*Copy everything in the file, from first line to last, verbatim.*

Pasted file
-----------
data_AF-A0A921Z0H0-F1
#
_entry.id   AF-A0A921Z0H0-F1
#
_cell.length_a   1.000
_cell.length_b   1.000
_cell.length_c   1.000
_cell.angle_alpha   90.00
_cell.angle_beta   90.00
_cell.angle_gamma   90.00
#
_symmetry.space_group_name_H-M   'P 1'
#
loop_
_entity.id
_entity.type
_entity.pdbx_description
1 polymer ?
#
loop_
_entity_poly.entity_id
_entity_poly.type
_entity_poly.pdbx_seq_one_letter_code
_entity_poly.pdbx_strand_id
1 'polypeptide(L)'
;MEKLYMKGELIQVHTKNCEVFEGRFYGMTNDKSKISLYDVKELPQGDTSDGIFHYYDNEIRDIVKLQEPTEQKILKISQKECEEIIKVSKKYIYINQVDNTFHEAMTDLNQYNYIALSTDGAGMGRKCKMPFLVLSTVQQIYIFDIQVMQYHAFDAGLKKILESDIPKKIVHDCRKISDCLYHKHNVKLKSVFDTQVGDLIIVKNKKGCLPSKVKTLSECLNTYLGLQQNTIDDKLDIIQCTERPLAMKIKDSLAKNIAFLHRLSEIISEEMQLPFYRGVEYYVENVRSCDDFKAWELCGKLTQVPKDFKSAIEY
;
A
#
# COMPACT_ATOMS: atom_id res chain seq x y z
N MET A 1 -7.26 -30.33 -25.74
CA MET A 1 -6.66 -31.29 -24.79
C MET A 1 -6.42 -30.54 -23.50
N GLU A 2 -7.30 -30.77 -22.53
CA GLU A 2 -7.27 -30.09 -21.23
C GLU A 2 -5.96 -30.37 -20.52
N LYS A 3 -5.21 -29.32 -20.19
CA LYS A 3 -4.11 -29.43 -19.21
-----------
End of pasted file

data_AF-A0A921Z0H0-F1
#
_entry.id   AF-A0A921Z0H0-F1
#
_cell.length_a   1.000
_cell.length_b   1.000
_cell.length_c   1.000
_cell.angle_alpha   90.00
_cell.angle_beta   90.00
_cell.angle_gamma   90.00
#
_symmetry.space_group_name_H-M   'P 1'
#
loop_
_entity.id
_entity.type
_entity.pdbx_description
1 polymer ?
#
loop_
_entity_poly.entity_id
_entity_poly.type
_entity_poly.pdbx_seq_one_letter_code
_entity_poly.pdbx_strand_id
1 'polypeptide(L)'
;MEKLYMKGELIQVHTKNCEVFEGRFYGMTNDKSKISLYDVKELPQGDTSDGIFHYYDNEIRDIVKLQEPTEQKILKISQKECEEIIKVSKKYIYINQVDNTFHEAMTDLNQYNYIALSTDGAGMGRKCKMPFLVLSTVQQIYIFDIQVMQYHAFDAGLKKILESDIPKKIVHDCRKISDCLYHKHNVKLKSVFDTQVGDLIIVKNKKGCLPSKVKTLSECLNTYLGLQQNTIDDKLDIIQCTERPLAMKIKDSLAKNIAFLHRLSEIISEEMQLPFYRGVEYYVENVRSCDDFKAWELCGKLTQVPKDFKSAIEY
;
A
#
# COMPACT_ATOMS: atom_id res chain seq x y z
N MET A 1 -7.26 -30.33 -25.74
CA MET A 1 -6.66 -31.29 -24.79
C MET A 1 -6.42 -30.54 -23.50
N GLU A 2 -7.30 -30.77 -22.53
CA GLU A 2 -7.27 -30.09 -21.23
C GLU A 2 -5.96 -30.37 -20.52
N LYS A 3 -5.21 -29.32 -20.19
CA LYS A 3 -4.11 -29.43 -19.21